Angels pitcher Griffin Canning will visit a back specialist Monday and then determine whether to have surgery that might sideline him for the rest of the season or take a more conservative rehabilitation route that would improve his chances of returning this year.
“We’re leaving it up to the player,” head athletic trainer Mike Frostad said before the Angels’ game Saturday night against the Oakland Athletics at Angel Stadium. “We’re going to support him in whatever decision he makes.”
Canning went 5-4 with a 5.60 earned-run average in 14 games last year before getting demoted to the minor leagues in early July. He went on the triple-A injured list because of a stress fracture in his lower back Aug. 10 and missed the rest of the season.
The former UCLA standout suffered a setback in his recovery in February that prevented him from competing for the sixth spot in the rotation, the Angels listing this injury as a stress reaction in his back.
Canning resumed his throwing program in April and worked his way up to a two-inning, 30-pitch simulated game May 9, but his symptoms returned a few days later and he hasn’t thrown since.
“It’s a continuation of the back injury he suffered last year,” Frostad said. “It’s something a lot of athletes have, and his is a little symptomatic. We just have to figure out which direction we want to go.”
Canning, 26, was a second-round pick in 2017. He reached the big leagues by 2019, going 5-6 with a 4.58 ERA in 18 games, striking out 96 and walking 30 in 90-1/3 innings. But he missed part of his rookie season because of elbow injuries.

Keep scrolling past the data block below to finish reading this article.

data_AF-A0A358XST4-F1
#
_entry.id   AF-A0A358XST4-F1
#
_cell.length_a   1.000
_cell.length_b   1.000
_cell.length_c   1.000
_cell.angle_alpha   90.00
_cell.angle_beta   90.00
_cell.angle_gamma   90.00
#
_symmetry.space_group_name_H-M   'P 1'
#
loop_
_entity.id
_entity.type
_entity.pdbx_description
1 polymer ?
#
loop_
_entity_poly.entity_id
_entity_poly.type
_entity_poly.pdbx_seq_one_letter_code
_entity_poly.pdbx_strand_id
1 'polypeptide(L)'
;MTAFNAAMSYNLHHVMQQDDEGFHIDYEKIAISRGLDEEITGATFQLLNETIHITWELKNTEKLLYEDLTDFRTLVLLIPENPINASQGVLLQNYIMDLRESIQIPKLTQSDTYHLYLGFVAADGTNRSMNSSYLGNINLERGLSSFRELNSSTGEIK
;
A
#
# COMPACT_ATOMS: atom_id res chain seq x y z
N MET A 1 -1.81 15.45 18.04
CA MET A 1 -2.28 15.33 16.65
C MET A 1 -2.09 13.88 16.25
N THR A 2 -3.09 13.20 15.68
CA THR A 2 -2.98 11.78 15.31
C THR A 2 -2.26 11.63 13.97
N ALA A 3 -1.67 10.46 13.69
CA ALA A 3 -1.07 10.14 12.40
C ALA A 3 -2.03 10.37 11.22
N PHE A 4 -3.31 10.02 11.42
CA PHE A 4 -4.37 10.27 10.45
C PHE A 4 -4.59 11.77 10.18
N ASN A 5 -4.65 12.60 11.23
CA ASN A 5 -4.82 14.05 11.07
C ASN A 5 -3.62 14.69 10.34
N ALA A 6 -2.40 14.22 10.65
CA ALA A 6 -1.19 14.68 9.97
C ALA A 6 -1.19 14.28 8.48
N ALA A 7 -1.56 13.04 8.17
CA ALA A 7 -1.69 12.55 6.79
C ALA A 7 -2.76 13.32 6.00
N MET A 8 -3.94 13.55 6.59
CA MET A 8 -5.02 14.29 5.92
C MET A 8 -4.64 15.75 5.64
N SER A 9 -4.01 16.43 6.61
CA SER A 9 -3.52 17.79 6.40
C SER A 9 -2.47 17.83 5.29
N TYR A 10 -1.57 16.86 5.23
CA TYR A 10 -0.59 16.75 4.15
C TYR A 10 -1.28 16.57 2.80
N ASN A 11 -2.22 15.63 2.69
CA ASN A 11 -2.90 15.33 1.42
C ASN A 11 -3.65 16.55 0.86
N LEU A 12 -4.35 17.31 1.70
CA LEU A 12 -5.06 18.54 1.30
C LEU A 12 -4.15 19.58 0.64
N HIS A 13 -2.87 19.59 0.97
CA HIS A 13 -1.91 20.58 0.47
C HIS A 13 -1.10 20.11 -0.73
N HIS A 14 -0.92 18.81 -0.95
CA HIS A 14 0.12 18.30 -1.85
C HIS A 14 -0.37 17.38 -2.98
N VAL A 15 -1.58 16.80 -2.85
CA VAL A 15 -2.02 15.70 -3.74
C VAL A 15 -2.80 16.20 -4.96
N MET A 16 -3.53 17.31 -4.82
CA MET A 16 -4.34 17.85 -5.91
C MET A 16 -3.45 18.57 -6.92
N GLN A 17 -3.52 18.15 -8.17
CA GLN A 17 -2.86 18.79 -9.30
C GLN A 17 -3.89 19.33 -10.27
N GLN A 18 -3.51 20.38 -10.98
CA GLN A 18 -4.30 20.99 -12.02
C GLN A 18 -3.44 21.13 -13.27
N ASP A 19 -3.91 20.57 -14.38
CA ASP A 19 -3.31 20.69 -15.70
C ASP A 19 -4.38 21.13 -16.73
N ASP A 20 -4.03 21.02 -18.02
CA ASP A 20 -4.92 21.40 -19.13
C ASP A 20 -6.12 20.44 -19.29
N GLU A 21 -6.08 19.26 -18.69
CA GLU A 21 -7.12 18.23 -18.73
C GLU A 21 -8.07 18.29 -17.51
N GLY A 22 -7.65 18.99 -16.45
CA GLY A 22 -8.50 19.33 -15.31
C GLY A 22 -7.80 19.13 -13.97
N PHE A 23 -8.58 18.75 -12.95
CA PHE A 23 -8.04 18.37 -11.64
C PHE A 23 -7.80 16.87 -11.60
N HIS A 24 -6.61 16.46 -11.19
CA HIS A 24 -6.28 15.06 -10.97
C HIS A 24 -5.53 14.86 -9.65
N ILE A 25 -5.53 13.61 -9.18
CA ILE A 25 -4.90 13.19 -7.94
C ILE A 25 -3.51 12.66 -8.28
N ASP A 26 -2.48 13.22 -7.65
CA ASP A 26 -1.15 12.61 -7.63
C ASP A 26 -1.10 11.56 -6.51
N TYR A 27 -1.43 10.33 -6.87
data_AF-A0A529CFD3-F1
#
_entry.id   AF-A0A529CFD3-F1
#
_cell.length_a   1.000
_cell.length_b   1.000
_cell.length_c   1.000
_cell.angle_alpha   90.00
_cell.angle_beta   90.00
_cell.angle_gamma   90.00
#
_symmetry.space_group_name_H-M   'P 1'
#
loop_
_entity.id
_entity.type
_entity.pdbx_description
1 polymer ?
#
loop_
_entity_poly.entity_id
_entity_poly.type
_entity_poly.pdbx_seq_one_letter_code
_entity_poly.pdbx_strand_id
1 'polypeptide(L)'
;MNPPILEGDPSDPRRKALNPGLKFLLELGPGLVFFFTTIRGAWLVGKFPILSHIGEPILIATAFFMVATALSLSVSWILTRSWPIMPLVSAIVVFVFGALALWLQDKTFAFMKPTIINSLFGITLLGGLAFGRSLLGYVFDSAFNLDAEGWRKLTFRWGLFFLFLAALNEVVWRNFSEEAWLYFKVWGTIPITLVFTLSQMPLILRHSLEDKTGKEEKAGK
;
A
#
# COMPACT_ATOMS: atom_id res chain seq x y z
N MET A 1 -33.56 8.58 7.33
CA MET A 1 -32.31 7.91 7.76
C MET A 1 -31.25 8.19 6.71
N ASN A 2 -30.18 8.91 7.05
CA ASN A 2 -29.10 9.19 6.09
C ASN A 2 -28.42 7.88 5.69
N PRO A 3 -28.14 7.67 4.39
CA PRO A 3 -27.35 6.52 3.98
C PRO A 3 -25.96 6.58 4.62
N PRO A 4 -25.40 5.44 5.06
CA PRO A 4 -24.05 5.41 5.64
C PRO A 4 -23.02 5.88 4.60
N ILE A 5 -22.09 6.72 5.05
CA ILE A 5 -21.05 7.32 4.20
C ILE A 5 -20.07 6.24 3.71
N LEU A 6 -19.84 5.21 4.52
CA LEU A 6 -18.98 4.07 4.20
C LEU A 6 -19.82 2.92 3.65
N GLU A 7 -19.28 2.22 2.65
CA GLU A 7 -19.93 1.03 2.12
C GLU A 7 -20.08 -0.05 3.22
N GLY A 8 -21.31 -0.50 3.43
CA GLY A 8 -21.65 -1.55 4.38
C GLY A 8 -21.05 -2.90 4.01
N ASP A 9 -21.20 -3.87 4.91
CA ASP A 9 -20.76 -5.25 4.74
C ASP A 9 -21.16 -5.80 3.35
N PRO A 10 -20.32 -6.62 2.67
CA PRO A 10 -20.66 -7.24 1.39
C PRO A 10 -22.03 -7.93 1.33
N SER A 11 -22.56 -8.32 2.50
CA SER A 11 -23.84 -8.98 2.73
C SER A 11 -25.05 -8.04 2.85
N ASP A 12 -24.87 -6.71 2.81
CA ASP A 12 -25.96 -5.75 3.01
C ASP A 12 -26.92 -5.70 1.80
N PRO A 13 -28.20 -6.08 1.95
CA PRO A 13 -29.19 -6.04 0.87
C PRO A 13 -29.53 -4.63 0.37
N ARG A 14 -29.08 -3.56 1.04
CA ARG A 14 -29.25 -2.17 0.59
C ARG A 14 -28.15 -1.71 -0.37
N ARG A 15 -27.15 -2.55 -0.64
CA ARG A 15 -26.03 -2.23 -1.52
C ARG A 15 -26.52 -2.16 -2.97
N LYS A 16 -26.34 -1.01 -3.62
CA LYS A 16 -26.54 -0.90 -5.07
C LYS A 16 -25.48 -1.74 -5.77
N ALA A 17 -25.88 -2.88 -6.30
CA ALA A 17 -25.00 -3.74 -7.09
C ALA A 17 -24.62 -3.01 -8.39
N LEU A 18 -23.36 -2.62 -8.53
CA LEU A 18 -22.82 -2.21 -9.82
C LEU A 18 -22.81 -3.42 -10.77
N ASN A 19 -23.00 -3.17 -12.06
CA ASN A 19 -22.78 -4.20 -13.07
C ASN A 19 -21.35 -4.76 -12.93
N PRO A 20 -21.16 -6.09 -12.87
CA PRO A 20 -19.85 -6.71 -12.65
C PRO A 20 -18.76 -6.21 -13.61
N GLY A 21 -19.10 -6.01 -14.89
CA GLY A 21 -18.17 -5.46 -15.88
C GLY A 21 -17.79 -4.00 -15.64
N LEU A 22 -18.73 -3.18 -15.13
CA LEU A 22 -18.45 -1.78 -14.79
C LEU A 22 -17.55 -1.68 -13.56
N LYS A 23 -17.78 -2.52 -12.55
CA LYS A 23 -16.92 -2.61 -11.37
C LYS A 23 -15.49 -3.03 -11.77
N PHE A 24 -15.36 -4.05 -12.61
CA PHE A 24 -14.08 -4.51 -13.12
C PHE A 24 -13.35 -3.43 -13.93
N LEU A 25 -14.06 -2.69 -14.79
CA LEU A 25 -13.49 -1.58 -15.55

Canning would not have been ready for the start of 2020 had the season not been delayed until late July by the COVID-19 pandemic. He went 2-3 with a 3.99 ERA in 11 starts, striking out 56 and walking 23 in 56-1/3 innings.
And now the back injury that cut his 2021 season short could knock him out for most, if not all, of 2022. If Canning decides on surgery, he would undergo a procedure in which a screw would be inserted to stabilize the false joint created by the stress reaction.
“You’re talking about a young guy with a great career, potentially, ahead of him,” manager Joe Maddon said. “And having to be faced with this kind of a decision, at this time in your life and your career, it’s not easy.
“This is what he’s always wanted to do, be a major league baseball player. He came from a great [college] program, and he’s had success here. I just want to show support for him. We’re looking for a good outcome.”
Taylor Ward is OK
Taylor Ward, who left Friday night’s game after slamming face-first into the right-field wall while catching Tony Kemp’s ninth-inning drive, was not in the lineup Saturday night, but the neck injury he suffered is not believed to be serious, and the leadoff man was listed as day-to-day.
“He got a stinger more than anything,” Frostad said. “He felt his arm go numb. We checked him out for a concussion, and everything came out pretty good. He has a little burning sensation down his arm, but it’s feeling pretty good right now.”
Ward has a major league-leading .370 average and 1.194 on-base-plus-slugging percentage to go with nine homers and 23 RBIs.